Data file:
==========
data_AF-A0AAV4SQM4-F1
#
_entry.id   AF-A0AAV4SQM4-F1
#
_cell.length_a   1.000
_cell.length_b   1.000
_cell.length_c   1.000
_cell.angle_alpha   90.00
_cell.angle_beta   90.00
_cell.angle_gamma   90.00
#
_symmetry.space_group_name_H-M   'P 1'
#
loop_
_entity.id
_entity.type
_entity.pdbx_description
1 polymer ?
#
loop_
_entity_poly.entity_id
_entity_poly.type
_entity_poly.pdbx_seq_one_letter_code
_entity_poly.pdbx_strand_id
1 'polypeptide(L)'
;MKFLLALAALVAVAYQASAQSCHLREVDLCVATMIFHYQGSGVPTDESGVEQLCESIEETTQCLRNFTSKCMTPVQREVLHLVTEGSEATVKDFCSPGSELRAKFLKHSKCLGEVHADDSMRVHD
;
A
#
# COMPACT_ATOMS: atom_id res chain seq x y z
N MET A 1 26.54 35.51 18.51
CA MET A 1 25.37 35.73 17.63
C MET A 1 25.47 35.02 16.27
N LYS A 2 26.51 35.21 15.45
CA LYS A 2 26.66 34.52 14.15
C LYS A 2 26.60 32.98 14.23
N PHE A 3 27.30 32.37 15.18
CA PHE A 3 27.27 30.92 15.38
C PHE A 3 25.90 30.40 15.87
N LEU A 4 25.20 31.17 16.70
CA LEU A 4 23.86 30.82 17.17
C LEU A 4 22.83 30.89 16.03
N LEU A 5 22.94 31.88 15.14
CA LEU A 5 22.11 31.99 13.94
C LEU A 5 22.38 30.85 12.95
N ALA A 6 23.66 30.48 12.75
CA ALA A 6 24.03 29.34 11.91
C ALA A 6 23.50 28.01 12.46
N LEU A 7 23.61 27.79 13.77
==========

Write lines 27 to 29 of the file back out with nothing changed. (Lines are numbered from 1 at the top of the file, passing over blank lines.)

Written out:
;
A
#